Nigel Watling: Hi, Ron. Pleased to be here.
    Ron: Tell me about yourself, what do you do?
    Nigel: Along with the other guys, I'm a technical evangelist in developer and platform evangelism, and I focus on CardSpace. If you want to find out more, then you can see my presentations on Channel Nine and also on our community site, which is
    Ron: OK.
    Nigel: There's a section on CardSpace up there as well.
    Ron: And where are you from originally?
    Nigel: You're not going to accept Seattle, are you?
    Ron: [laughs]
    Nigel: No. I'm English originally, via France. My wife's French, so I spent some time there.
    Ron: Oh, wow.
    Nigel: And I've been in Redmond... gosh, two and a half years now.
    Ron: Excellent.
    Nigel: I haven't quite mastered the American accent.
    Ron: [laughs] I think it would take a lifetime to wash away your British.
    Nigel: Yeah, probably true. And then some more.
    Ron: Yeah, OK. So what I want to do is -- I know a lot of people have maybe heard about CardSpace and that sort of thing. I found that I didn't really get it until I saw it. So let's begin with seeing it, and then we'll go back and kind of talk about what we saw.
    Nigel: So we go to the website. That's the home page, and you can see there the "Sign In" button. You click "Sign In," you go to the login page, as you'd normally go into; and you can see that there's actually two options, A or B. We can either use a username and password, or we can sign in using an information card. This is just a button here, and if I click on the button, this sexy UI launches.

    I actually only have one card there, and you can see that it says "Cards I've Sent to This Site" because I've already registered and logged on to the site with this card. So if I want to log on to the site, I make sure that card is selected, and I hit "Send" and I'm logged on.
    Ron: [laughs] And that's it?
    Nigel: That's it.
    Ron: [laughs]
    Nigel: That is the wonderful CardSpace experience. And, of course, the main thing here that's immediately obvious is I no longer have to remember those darn usernames and passwords. Basically, that card represents my identity.

    And when I click on that card, what actually happens is that a XML token gets sent to the site that represents my identity. And I log in when the site basically cracks open that XML token, extracts the identity information, looks it up at a SQL Server database, finds my record -- "Yeah, it's Nigel. Welcome. You're logged on." So as a user I just need to click on that card, and I'm logged on.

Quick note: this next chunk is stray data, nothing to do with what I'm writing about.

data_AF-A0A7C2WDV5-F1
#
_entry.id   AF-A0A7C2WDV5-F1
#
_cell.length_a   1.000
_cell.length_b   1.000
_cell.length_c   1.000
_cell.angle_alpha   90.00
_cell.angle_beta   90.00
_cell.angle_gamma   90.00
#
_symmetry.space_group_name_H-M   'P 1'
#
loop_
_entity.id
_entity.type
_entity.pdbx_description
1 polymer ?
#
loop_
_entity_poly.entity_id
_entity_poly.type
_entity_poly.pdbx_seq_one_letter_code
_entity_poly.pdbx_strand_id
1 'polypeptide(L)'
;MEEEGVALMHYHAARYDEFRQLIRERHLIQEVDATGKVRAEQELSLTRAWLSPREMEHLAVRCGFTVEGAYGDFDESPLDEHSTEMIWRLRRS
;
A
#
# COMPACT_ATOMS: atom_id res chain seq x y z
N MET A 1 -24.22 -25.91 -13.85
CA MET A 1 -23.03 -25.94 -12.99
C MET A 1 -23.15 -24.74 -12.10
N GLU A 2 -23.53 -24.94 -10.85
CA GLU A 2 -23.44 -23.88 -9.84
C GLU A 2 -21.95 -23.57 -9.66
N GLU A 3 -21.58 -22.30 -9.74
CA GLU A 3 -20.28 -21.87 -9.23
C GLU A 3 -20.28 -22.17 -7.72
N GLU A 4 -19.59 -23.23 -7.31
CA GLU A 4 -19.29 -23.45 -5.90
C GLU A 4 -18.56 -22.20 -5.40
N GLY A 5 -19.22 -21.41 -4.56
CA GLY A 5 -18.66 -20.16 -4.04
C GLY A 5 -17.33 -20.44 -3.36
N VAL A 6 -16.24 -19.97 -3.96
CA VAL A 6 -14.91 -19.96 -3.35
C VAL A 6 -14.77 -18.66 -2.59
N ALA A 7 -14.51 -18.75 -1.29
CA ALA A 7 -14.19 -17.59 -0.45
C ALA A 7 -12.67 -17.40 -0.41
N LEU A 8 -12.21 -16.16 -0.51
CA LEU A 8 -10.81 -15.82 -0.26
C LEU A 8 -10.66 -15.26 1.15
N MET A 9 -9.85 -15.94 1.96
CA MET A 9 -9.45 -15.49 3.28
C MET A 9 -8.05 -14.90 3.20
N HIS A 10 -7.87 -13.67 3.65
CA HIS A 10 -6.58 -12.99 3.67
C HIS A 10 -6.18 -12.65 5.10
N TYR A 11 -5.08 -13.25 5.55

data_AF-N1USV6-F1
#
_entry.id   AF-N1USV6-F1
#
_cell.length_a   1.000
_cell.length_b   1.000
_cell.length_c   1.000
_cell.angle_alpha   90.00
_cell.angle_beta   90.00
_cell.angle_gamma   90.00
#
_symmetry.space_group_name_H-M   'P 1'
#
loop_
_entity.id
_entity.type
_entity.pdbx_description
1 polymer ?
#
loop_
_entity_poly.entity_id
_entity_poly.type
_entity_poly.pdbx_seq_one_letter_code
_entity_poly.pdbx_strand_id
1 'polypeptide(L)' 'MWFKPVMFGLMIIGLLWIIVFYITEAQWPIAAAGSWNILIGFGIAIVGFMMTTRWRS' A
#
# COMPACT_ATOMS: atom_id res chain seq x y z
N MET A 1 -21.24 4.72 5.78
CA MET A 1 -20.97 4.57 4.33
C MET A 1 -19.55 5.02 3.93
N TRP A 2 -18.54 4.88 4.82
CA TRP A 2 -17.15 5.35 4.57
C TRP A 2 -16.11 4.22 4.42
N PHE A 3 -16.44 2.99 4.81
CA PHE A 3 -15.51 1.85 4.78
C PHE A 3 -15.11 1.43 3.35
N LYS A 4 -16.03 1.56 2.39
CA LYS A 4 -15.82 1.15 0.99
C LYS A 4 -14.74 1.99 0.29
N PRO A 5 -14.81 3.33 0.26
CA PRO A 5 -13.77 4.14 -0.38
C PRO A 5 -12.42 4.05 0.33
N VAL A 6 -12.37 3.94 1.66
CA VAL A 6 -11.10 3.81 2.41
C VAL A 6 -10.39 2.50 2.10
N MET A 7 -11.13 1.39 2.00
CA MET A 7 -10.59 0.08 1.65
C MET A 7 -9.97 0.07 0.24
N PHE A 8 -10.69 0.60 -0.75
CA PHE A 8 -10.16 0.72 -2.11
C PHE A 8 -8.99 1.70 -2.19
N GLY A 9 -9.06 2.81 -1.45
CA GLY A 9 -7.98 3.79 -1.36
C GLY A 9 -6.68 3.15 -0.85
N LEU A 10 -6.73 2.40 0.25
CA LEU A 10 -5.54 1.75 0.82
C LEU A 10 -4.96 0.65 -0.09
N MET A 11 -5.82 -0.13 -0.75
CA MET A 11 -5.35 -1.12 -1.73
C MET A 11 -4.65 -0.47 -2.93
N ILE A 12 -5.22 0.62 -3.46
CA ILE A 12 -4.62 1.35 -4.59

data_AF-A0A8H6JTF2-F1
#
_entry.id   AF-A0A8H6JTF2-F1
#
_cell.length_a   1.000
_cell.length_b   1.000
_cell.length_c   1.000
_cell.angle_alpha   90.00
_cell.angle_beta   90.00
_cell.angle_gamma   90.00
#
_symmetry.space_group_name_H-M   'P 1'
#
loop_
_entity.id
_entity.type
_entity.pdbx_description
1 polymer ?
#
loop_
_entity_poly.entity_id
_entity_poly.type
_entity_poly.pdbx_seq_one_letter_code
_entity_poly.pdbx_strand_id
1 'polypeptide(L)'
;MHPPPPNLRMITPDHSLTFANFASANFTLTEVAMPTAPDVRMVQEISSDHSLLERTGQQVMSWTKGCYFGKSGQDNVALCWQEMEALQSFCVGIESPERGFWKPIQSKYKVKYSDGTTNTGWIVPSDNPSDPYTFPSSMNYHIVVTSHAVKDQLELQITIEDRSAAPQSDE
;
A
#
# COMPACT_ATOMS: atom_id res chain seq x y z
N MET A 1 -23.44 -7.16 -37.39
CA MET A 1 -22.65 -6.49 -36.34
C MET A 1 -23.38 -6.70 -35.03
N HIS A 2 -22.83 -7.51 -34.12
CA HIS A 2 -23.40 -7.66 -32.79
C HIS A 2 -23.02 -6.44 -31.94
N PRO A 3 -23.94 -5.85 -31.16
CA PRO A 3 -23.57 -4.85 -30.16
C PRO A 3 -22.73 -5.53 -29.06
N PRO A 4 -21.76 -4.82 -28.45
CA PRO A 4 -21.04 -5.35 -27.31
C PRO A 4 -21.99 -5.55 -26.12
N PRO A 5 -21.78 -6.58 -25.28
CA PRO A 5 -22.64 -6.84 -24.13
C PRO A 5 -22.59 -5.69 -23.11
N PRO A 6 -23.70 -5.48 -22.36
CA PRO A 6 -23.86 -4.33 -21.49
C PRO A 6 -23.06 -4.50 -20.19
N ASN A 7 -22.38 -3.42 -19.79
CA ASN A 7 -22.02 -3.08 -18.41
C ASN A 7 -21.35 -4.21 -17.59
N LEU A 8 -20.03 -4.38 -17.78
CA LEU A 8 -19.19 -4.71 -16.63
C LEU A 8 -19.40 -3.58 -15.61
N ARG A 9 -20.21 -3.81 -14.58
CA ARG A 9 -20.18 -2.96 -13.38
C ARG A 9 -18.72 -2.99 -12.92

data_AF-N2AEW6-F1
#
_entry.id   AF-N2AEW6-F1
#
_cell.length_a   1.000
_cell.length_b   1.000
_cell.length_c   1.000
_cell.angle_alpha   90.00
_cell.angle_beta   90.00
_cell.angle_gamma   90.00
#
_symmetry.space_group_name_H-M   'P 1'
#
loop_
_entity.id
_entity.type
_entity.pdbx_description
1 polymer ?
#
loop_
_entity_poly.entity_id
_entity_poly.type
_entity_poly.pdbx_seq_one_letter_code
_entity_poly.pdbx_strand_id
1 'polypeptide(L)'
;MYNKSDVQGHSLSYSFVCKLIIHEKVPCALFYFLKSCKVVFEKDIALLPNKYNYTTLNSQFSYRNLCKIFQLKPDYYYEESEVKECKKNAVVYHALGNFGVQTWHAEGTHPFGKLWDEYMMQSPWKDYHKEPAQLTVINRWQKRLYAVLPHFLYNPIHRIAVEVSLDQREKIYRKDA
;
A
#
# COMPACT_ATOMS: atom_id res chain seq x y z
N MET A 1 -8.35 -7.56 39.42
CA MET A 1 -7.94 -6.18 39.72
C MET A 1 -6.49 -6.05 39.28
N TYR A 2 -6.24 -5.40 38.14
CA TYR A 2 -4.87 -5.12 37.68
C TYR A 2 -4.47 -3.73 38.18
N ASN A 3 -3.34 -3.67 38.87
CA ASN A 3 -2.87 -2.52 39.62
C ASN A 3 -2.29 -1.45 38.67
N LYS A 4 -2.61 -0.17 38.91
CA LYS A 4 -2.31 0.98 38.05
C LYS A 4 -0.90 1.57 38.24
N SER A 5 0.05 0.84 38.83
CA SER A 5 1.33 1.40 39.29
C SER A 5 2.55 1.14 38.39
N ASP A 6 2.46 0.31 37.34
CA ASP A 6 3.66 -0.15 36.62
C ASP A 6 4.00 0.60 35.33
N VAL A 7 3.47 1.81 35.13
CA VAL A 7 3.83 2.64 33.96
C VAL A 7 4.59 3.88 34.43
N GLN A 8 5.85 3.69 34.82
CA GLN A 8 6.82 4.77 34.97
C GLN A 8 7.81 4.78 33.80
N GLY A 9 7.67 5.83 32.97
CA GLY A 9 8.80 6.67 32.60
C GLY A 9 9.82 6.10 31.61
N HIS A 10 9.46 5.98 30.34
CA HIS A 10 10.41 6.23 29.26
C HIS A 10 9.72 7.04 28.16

Ron: OK.
    Nigel: It's not really much of an experience, but that's the point.
    Ron: And this is your whole job, to explain this?
    Nigel: This is my job, yeah!

    Nigel: I have it easy, right?
    Ron: All right. Well, it's really -- of course, it has to be simple, for the general public to get this, to work with it, and for this thing to be a success. So let's roll back a little bit and talk about from the site owner's perspective.
    Nigel: Right.
    Ron: You know, you're coming to me, I'm the guy that owns a site, and I go, "Why on Earth would I want to do CardSpace? We've already got a username and password thing, isn't that good enough?"
    Nigel: Right. You're right in saying it has to be simple for end users. My granny has to be able to understand it. But also, in order for it to be adopted readily, it has to be very simple for websites to adopt as well.

    The way that it actually works, for a website owner, is that they need to do, basically, three things. So, as you saw on the login page, we have the username and password, and we have this image. That actually corresponds to a special object tag that corresponds to CardSpace or... CardSpace is what we call an identity selector. You could have another identity selector by Novell or some other company, but the Microsoft one is called Windows CardSpace.

    And basically, in that login page, or your registration page, you have an object tag which has a particular MIME type, which is "application/x-informationcard." Now, when the browser sees that particular MIME type, it knows, or an add-in in the browser knows, to launch the CardSpace UI that you saw come up.

    And when it does that, basically, what it does is it launches the UI and it passes in the requirements, the policy, of the website. And if you were to look at this website, you will see a set of claims. And it basically specifies the information it wants to receive from the user; so this might be your first name, your last name, your email address, your physical address, or whatever.

    And the thing that actually identifies the user is a particular claim called a private personal identifier. So what the website developer needs to do is to modify their login and registration page so they have this little HTML snippet of policy within an object tag. It's just, basically, four or five lines of HTML--it's not rocket science--where you specify the type of token you want to receive. So that will typically be a SAML1 or a SAML1.1 token. It could be some other format, but those are the most readily available and generally accepted token formats.